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The ability to bring your own encryption keys is fast becoming ubiquitous in public cloud, but that doesn't mean...
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IT pros should retain control.
Security concerns and data center oversight are two primary hang-ups for IT shops averse to adopting public cloud. Amazon became the first major infrastructure as a service (IaaS) vendor to offer bring your own key encryption in 2014 as an answer to some of those critiques. Over the past few weeks, Microsoft and Google have also advanced their cloud encryption key management capabilities.
Vendors at every layer of the cloud stack have added encryption capabilities, and, eventually, all cloud vendors will offer some form of encryption and key management, said Garrett Bekker, senior security analyst with 451 Research LLC, based in New York. Some vendors will opt to do it natively, while others will pass the control to customers so they can check off that box on their list of capabilities, Bekker said.
"It comes down to how important it is for customers to control the keys," Bekker said. "My guess is a lot of customers will be OK with letting service providers control the keys, but it depends on what the data is, what you're using it for, and what industry and regulatory compliance you face."
And business considerations will affect vendor services, too, with a company such as Google that lags in the market offering key management for free. Other companies like Salesforce.com that need to generate new revenue streams offer native encryption as a premium service.
To key or not to key?
Encryption is considered central to data protection in the cloud, but who should retain its control?
SunGard Financial Systems, which partners with Google to build a big data processing prototype for the U.S. Securities and Exchange Commission, uses Customer-Supplied Encryption Keys for compute resources on Google Compute Engine. The free tool for bringing your own keys became available in beta last week, and it's essential from a risk and regulatory control perspective for this project, said Neil Palmer, CTO at SunGard Consulting Services, based in Wayne, Pa.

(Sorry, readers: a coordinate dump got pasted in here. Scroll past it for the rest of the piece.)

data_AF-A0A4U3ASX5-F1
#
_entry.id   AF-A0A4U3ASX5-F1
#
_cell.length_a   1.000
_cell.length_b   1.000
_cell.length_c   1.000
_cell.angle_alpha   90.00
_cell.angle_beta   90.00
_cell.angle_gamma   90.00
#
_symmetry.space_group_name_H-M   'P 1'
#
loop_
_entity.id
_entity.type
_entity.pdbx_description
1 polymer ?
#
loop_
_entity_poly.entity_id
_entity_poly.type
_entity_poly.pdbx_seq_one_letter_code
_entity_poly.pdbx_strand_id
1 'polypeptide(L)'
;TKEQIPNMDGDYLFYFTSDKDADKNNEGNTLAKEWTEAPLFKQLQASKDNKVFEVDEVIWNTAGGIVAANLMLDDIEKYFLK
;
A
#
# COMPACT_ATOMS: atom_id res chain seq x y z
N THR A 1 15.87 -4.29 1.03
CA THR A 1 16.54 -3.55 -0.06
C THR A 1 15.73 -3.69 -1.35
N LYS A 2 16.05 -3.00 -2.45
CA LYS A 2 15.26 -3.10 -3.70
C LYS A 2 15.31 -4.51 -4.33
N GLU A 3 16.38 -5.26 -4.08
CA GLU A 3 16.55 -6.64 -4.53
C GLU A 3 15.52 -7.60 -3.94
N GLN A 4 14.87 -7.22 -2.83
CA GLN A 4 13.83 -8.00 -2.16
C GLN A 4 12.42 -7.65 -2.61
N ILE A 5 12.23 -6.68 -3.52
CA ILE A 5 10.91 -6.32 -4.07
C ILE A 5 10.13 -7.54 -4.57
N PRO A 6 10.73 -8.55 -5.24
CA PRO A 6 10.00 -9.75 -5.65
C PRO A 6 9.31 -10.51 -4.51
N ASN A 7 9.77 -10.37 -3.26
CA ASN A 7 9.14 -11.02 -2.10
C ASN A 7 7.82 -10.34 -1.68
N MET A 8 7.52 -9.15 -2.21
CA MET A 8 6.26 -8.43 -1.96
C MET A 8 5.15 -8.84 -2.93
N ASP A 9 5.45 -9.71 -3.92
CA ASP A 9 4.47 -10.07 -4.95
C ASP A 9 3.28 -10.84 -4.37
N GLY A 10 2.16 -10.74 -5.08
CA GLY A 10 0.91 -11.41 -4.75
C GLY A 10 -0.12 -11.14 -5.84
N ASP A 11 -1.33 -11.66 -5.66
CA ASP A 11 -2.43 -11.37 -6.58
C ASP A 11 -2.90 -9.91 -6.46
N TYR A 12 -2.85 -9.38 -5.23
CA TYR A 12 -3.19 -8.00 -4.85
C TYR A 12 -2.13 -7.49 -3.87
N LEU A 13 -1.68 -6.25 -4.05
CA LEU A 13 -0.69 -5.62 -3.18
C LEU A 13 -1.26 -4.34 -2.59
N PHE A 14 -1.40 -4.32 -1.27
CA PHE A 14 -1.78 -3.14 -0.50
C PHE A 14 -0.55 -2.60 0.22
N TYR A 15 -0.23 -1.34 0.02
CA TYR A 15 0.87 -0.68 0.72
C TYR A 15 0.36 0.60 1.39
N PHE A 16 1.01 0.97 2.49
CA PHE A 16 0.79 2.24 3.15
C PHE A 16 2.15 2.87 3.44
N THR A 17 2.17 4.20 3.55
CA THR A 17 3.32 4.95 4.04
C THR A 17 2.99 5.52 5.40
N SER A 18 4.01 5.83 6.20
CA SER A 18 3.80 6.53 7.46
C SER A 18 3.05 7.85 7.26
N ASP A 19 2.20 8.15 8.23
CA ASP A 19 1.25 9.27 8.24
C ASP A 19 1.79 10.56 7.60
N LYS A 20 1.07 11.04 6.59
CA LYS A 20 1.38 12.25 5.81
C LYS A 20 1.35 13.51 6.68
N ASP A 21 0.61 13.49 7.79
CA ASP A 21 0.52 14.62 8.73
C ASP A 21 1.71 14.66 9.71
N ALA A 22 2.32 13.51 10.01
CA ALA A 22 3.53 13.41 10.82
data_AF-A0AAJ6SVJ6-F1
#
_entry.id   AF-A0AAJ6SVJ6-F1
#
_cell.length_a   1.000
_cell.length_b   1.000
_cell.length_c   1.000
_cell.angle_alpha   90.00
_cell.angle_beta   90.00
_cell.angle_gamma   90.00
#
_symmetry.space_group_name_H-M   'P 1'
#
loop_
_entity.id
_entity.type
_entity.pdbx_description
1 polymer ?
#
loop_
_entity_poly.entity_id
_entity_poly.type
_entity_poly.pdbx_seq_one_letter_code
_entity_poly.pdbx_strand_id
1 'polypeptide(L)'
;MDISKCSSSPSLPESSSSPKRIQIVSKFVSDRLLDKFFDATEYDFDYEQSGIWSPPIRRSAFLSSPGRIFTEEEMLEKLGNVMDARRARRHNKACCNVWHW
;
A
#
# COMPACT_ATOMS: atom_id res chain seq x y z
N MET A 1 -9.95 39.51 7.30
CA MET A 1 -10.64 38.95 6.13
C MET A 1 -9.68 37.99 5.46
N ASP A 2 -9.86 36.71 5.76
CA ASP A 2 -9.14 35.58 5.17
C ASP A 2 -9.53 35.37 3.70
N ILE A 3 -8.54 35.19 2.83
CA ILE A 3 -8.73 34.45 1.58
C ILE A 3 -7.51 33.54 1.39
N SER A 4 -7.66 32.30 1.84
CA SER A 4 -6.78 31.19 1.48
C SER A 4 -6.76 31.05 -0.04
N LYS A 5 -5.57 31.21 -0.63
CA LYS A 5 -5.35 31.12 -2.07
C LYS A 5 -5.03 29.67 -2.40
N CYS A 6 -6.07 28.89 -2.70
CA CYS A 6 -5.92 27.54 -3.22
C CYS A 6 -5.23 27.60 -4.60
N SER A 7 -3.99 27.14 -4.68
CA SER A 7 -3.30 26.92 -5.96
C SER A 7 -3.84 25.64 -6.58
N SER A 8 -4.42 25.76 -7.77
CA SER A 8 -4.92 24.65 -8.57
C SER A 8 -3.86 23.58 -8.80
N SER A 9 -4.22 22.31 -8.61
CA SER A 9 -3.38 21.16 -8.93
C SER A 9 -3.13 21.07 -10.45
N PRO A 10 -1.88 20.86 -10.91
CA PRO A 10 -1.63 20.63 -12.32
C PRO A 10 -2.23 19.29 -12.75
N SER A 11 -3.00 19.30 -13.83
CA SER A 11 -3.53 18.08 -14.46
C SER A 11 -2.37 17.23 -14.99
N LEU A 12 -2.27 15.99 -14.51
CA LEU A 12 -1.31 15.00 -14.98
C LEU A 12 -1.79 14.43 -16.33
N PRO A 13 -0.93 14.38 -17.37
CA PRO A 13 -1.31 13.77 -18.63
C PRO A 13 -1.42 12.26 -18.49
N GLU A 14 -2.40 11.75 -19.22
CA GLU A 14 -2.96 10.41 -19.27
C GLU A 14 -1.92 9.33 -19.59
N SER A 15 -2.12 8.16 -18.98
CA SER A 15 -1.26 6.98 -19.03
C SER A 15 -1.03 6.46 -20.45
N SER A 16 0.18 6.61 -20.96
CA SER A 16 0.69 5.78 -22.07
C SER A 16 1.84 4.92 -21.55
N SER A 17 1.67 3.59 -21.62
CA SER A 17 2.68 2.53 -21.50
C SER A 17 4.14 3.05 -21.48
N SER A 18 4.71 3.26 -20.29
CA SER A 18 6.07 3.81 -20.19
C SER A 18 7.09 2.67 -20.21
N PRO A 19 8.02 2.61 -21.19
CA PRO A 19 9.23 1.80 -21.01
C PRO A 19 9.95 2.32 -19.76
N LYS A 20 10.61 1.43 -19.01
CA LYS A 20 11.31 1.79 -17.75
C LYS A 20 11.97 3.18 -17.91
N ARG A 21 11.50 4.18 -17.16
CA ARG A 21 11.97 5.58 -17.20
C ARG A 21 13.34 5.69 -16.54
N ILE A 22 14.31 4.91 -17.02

Garrett Bekkersenior security analyst, 451 Research LLC
All data in the cloud should be encrypted anyway, but the ability to bring your own keys is one of those additions that should help enterprise adoption and increase the ways those customers use public cloud, Palmer said. Still, SunGard doesn't bring its own keys to every project, so it's a matter of weighing if and when key management is the best fit.
"It's just a question from a perspective of effort, time, integration, etc.," Palmer said. "There's a return on investment around key management required, so if you're BuzzFeed or one of the big media Internet sites, maybe not so much. But if you're healthcare or government work, you may need it."
Microsoft Azure Key Vault, which became generally available last month, can be used as a standalone service and allows customers to import keys from their own hardware security modules (HSMs). Microsoft charges $0.03 per 10,000 operations for software-protected keys and an additional $1 per month per key for HSM protected keys.
Similarly, Amazon Web Services (AWS) Key Management Services charges $0.03 per 10,000 requests and $1 per month per each key that is created and active. Amazon also has CloudHSM, a dedicated HSM appliance that costs $5,000 for each instance, in addition to an hourly fee of $1.88 for as long as the instance is running.
Cloud encryption key management is difficult, and bringing your own keys to a service someone else owns is a non-trivial endeavor that goes against one of the cloud's main advantages of not having to worry about these sorts of things, said Adrian Sanabria, senior security analyst at 451 Research.
"You've got to somehow own the keys and manage to inject them into workloads without exposing them to the cloud provider," Sanabria said. "It is a compromise, where you can't be 100% cloud if you want to manage your own keys."
Public perception about cloud security and regulatory environments with antiquated requirements both play a role for the need for key management, but the point could be moot in five years' time, as customers start to trust large public cloud providers as good stewards of keys, said Leonard Law, a product manager for Google Cloud Platform.
"As people are transitioning from on-premises to the cloud, there's this notion of control. So by managing your own custom keys that gives customers a lot of peace of mind, but ultimately, it's just less necessary," Law said.
Trevor Jones is a news writer for TechTarget’s Data Center and Virtualization Media Group. Contact him at email@example.com.
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